Specifically, jurisdictions are using city contracts, tax incentives, and land-zoning approvals as leverage points to require inclusive development by companies. Most typical is the use of procurement--which cities have long harnessed to place hiring, wage, and other conditions on recipients of city contracts--to promote economic inclusion.The City of Oakland's labor agreement for the redevelopment of its port provides an example, expanding uses of procurement from affirmative action and wage conditions to mandate the development of training, hiring, and support initiatives for local residents, such as childcare programs...

State and local contracts, public land, and public spending provide straightforward examples of public goods that may be seamlessly marshaled as regulatory levers to advance equality and inclusionary goals...

As a matter of regulatory design, some jurisdictions have introduced these inclusionary inducements as a set of across-the-board requirements on entities that receive public goods, including tax credits. For instance, the City of San Francisco has for several years required entities that receive city funds or city leases, or whose projects require planning approval, to engage in “first source” hiring of local residents from particular training centers with the goal of connecting economically disadvantaged local residents to employment in growing sectors.110 The City of Detroit recently enacted an ordinance that requires developers with projects valued at more than $75 million, and who are receiving more than $1 million in tax benefits from the city, to negotiate a community benefits agreement...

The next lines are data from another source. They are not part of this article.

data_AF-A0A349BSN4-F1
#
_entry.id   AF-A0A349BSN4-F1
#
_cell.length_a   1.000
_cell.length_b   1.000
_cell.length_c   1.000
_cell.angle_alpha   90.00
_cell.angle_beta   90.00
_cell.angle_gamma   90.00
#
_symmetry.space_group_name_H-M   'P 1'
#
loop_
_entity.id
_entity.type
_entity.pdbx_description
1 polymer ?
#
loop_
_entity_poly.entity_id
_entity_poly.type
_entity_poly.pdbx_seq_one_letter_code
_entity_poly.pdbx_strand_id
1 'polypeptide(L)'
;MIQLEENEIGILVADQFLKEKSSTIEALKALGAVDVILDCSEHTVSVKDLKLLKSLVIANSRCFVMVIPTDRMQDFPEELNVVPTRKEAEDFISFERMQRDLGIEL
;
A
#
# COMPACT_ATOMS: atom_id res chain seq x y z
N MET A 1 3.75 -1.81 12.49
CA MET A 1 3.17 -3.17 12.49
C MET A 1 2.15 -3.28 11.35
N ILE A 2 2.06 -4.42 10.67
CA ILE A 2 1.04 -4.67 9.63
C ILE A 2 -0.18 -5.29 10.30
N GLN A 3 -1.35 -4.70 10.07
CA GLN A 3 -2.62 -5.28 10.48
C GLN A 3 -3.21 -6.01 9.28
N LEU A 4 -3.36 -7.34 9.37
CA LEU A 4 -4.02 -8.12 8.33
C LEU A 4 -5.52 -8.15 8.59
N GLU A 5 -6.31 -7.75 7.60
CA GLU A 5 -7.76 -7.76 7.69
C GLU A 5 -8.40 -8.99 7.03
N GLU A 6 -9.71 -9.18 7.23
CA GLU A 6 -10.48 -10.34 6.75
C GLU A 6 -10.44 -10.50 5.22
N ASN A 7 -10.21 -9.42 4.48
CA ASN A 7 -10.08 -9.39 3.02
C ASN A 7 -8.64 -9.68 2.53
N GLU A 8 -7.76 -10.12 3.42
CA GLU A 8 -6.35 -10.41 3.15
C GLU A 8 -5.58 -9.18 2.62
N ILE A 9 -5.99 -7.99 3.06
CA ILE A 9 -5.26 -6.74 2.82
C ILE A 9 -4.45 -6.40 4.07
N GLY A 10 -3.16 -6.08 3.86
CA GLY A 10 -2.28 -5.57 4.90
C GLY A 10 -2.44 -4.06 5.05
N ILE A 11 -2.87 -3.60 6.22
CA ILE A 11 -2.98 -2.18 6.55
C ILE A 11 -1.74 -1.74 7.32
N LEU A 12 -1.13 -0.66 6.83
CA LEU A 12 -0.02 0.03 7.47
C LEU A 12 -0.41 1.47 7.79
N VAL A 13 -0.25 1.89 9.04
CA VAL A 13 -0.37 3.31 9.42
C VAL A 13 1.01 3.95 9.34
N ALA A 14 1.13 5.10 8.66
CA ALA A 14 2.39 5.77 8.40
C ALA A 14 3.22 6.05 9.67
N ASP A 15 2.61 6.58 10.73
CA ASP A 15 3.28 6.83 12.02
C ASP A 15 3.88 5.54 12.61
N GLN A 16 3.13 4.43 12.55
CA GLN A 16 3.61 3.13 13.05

These requirements also address barriers that are typically outside the scope of antidiscrimination law's formal equality model, by providing supports that address the full range of barriers that workers face such as exclusion from race- and gender-delineated networks,lack of adequate training, and lack of access to childcare services...

Effective inducement strategies build in accountability and monitoring as general practices and provide judicial review and penalties for noncompliance...

The community benefit agreements discussed above have generated interest from scholars of labor and community economic development,and there is evidence that they are benefiting local communities.Labor scholars have cast these initiatives as part of a “new accountable development” movement in which employers and residents seek full participation in the development that is shaping their communities.But these types of agreements are not included within the framework of equality law, which is generally confined to antidiscrimination law. My suggestion is that we also understand these regulatory inducements as an equality law intervention--part of a continuum of regulation that begins with traditional antidiscrimination law but that should ultimately include a broader range of mechanisms as well as a broader range of equality and inclusionary goals...